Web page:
Under the FLSA a late paycheck is as bad as no paycheck

by Michael Haberman on September 8, 2014 · 4 comments


ID-10058456 Image courtesy of sscreations at FreeDigitalPhotos net

Missing a paycheck because of cash flow violates the FLSA

Cash flow can sometimes be problematic to small businesses. As a result an owner may be tempted to pay employees late. A word of warning, don’t!

Violation of the FLSA

The Fair Labor Standards Act (FLSA), also known as the Wage & Hour law, requires that employees get paid for the time they work. Occasionally however, cash flow may be such that there is just not enough money in the bank at the time payday comes. I have known owners who then tell their employees that they will not be getting a paycheck but it will be made up to them the following week. Some employees can handle this but others cannot. So many, including the company and the employees, end up in dire straits.

According to Doug Haas, an attorney with  Franczek Radelet P.C., under the FLSA, a late payment is no different than no payment at all! Haas further says “Under the FLSA, if an employer’s failure to pay wages is ‘willful’ (voluntary and intentional, not just negligent), then an employee can seek ‘liquidated’ damages in an amount equal to the wages that were not paid. Yes, that means the FLSA would require you to cut a second payroll check to the employee to cover the statutory damages. An employee’s burden in showing willfulness is not difficult here. Courts essentially presume that a violation was willful unless an employer can demonstrate otherwise.” Delaying a paycheck is a deliberate business decision so it fulfills the requirement for “willful” without any difficulty.

The courts, including the U.S. Supreme Court, have ruled that employees are entitled to damages without even having to prove they were caused difficulty by missing a paycheck. State regulations may be even harsher, especially if the missed paychecks put employees in arrears with their obligations. It can be a major mess.

A possible solution

There is a possible solution to this problem. The FLSA allows an employer the ability to drop someone’s wages to minimum wage. With this in mind a business would be better off in trying to maintain giving non-exempt employees their paycheck but reduce the amount to minimum wage. Hopefully there would be enough cash available to cover that amount. The missed wages could then be made up when the cash returns.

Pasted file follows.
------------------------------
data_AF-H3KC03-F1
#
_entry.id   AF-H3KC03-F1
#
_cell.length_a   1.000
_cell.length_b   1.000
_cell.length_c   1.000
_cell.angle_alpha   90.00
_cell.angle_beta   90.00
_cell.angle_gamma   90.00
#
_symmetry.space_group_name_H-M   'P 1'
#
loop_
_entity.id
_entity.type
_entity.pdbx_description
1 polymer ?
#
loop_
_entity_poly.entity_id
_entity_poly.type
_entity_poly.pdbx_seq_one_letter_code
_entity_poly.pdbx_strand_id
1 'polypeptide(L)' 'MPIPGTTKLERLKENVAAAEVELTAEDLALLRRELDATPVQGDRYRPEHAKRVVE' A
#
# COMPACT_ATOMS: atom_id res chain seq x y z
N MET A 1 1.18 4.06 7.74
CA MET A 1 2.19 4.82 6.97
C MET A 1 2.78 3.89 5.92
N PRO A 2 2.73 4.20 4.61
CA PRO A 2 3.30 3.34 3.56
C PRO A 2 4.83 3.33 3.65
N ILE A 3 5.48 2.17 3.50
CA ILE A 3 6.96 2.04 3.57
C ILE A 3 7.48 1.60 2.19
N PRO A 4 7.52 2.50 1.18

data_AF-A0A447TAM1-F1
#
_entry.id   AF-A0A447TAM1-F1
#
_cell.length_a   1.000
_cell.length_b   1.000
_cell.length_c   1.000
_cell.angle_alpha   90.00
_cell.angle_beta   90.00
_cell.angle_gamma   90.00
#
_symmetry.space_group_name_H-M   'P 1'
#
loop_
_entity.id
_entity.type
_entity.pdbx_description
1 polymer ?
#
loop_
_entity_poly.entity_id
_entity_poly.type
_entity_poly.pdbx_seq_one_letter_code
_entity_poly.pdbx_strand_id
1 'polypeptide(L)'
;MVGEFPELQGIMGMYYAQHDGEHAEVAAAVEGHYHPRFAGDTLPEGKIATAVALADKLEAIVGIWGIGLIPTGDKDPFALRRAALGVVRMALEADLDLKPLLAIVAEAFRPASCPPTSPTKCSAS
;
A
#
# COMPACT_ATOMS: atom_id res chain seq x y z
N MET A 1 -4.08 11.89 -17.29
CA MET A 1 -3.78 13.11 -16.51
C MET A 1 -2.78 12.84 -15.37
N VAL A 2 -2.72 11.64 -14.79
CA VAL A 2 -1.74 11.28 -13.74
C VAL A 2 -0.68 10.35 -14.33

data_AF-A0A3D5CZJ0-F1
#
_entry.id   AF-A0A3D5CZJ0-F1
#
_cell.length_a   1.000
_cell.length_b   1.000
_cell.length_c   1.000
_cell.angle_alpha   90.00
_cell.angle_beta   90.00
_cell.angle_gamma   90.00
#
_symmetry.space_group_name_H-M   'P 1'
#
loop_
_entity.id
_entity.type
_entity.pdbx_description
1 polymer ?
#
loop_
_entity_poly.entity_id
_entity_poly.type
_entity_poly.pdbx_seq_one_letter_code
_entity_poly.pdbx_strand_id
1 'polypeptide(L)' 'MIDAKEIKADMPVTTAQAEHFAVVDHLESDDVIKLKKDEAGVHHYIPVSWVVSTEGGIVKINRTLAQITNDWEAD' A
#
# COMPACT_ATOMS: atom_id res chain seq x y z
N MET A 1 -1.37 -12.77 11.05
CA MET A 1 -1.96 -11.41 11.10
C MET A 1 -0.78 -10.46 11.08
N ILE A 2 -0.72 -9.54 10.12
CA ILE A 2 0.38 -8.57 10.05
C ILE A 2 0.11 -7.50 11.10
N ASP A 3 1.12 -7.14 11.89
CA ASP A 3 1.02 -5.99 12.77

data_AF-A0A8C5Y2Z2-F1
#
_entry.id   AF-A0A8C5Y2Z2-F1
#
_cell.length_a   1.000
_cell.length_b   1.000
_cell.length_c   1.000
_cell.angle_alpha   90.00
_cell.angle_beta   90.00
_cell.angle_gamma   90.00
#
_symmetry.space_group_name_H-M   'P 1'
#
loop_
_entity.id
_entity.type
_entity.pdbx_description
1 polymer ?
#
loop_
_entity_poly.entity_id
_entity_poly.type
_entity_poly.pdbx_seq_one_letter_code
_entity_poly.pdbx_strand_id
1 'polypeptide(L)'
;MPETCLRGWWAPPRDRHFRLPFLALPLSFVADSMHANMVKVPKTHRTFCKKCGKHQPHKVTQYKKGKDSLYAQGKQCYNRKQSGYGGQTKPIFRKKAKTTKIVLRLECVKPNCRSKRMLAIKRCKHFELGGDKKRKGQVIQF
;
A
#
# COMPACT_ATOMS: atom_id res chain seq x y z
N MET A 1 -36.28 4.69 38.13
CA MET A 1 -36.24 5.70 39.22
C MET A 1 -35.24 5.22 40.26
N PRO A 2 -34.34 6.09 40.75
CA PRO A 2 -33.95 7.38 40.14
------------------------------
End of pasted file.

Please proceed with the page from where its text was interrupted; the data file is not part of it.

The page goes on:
With exempt employees it is a bit more problematic. Reducing them $455 per week would meet the exemption standard, but if you reduce them to $7.25 per hour then you may be stripping them of their exemption for that time period and them may owe them overtime for that pay period, if any is worked. Small business owners are much better off taking the hit themselves rather than skipping paychecks. A line-of-credit to borrow these amounts is also a possible solution, but as we saw during the economic downturn, many businesses had their lines-of-credit suspended, thus providing no outlet.

The Lesson

The lesson in this is that cash flow is critical. Looking ahead and anticipating low cash flow can be critical in avoiding missing a paycheck. To avoid fines and penalties and the costs of a lawsuit do whatever you can do to avoid not paying people late.

By the way, it is not only small businesses that have run into this problem. Haas’ article Under the FLSA, a Day Late is a Dollar Short is actually about the Federal Government and its cash flow issues during the furlough period due to a lack of a budget. Those employees that got late paychecks were not happy and they sued and won.

 

Image courtesy of sscreations at FreeDigitalPhotos.net


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{ 3 comments… read them below or add one }

Nar sanyasi May 17, 2016 at 6:59 am

I work 3 years on helpern sea food in Atlanta ga but unfortunately I move to Ohio for any reason.Therefore till now I’m waiting my paycheck for my last week all most 500 n some things.i have no idea about it I’m worrying about it

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Rosa Galvez June 26, 2017 at 9:11 pm

I just started working for Abrio Care in Kingman Arizona, I went to pickup my paycheck today on payroll day and my paycheck wasn’t there. The manager was’nt in, the receptionist said she wasn’t going to be in for another week I would have to wait intil Friday to summit it in and wait another 2 weeks to get paid. which I get paid minimun wage. which I only worked 9 hour in one week.

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Michael Haberman August 10, 2017 at 12:00 pm

Rosa, I hope your situation has been solved by now, if not you need to file a complaint with the state labor board.

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